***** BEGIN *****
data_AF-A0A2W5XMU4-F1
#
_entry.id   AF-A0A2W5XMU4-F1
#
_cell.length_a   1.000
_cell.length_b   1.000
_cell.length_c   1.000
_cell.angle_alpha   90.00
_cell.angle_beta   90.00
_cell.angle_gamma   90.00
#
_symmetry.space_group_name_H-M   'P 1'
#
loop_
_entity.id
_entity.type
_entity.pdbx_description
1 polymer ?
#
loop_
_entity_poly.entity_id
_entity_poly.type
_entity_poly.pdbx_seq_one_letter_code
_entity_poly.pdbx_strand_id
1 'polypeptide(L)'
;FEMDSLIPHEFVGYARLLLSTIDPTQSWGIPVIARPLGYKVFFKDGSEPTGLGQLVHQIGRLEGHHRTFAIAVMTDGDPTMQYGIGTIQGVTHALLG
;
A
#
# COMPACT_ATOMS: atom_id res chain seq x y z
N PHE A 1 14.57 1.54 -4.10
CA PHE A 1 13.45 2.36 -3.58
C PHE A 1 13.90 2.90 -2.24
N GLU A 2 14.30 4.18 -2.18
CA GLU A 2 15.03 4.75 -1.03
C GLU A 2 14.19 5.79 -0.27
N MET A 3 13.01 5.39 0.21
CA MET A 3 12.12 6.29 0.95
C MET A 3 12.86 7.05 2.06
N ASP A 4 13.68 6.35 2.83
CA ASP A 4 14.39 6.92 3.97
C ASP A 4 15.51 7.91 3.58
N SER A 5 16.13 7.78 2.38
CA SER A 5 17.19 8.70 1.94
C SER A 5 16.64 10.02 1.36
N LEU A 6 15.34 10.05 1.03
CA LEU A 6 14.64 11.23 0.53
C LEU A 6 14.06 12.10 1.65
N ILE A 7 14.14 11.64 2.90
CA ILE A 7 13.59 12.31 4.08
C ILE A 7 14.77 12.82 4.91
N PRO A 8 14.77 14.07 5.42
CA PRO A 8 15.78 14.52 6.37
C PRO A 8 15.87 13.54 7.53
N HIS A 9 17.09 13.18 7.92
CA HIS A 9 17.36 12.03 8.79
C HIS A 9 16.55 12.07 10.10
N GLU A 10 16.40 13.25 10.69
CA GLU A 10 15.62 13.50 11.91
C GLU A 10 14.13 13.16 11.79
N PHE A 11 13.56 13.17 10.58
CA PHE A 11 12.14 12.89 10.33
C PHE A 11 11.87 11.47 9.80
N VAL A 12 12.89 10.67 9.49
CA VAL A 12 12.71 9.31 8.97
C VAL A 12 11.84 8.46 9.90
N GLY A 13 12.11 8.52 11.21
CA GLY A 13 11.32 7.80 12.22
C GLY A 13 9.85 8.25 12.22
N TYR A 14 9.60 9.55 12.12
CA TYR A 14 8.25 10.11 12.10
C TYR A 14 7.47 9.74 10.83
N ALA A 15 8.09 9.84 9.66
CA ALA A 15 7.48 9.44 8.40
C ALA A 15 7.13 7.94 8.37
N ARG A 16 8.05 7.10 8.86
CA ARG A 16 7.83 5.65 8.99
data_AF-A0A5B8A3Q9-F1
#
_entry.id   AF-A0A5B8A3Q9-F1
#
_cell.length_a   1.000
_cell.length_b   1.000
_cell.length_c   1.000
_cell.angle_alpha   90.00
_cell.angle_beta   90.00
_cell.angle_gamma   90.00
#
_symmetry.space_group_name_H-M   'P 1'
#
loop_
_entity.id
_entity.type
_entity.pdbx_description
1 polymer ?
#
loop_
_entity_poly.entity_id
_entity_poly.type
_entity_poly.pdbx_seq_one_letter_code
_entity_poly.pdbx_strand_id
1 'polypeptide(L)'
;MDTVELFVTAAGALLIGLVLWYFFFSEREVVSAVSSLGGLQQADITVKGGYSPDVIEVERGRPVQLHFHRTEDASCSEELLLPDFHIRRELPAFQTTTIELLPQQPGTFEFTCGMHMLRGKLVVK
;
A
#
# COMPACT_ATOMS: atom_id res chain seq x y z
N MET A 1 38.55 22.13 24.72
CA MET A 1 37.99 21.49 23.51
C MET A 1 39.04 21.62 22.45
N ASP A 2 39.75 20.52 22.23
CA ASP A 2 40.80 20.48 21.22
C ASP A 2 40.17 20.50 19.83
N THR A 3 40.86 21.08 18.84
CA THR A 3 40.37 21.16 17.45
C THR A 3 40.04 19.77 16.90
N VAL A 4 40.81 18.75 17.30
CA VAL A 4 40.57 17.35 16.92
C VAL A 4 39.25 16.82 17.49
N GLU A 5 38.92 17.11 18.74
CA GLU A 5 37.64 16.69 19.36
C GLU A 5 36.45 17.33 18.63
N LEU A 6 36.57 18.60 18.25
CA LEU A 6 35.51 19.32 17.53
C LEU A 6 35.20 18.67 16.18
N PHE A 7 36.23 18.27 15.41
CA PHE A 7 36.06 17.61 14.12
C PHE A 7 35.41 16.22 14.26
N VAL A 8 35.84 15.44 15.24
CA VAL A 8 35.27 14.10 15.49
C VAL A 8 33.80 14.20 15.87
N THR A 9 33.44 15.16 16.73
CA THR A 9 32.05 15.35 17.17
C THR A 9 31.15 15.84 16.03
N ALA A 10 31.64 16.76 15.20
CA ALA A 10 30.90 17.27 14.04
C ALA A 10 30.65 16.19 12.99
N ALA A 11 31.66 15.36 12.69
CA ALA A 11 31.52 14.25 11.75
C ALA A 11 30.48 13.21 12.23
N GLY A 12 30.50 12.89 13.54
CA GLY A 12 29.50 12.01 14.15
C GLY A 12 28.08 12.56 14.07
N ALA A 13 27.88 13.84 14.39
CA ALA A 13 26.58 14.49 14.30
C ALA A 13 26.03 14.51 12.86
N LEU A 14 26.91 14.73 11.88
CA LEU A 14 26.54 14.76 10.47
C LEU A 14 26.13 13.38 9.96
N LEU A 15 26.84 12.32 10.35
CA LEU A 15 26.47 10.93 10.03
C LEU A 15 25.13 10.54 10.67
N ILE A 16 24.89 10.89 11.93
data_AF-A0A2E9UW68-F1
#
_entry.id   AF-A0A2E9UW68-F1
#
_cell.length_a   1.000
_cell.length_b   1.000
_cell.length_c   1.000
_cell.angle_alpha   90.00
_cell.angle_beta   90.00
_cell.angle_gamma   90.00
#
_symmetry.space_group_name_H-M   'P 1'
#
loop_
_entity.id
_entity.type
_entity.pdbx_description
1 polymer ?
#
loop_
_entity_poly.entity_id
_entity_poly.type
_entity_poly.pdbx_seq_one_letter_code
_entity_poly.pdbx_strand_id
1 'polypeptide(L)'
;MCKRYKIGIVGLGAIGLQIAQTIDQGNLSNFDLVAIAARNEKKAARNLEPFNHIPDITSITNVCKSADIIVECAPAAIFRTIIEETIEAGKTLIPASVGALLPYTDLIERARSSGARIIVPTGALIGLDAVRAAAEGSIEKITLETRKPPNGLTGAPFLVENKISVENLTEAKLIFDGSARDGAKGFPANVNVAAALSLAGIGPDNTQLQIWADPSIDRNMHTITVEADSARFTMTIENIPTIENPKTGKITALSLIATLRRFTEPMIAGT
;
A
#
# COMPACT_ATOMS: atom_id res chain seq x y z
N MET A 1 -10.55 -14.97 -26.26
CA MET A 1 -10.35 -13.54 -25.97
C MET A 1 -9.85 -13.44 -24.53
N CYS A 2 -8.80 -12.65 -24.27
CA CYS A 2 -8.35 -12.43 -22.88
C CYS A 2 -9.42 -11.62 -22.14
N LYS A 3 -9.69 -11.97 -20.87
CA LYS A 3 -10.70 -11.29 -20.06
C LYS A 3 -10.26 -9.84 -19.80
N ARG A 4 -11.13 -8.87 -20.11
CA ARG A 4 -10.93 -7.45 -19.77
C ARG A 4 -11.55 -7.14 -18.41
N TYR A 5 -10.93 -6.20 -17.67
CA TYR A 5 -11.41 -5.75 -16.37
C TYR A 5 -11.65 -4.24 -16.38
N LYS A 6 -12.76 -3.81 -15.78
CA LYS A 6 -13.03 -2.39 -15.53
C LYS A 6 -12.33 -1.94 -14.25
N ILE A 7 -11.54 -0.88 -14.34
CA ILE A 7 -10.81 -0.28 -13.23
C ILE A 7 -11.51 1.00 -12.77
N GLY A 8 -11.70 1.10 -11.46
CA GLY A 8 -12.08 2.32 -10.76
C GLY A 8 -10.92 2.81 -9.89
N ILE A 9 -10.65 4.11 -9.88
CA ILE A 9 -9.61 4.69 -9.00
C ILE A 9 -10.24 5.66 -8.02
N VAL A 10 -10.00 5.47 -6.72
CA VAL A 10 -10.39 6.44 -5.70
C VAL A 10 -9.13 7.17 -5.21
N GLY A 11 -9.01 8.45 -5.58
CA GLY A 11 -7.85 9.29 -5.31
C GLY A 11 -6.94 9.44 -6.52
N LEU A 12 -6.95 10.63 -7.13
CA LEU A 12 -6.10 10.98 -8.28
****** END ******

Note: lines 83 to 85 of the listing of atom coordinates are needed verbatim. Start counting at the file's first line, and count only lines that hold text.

_cell.length_b   1.000
_cell.length_c   1.000
_cell.angle_alpha   90.00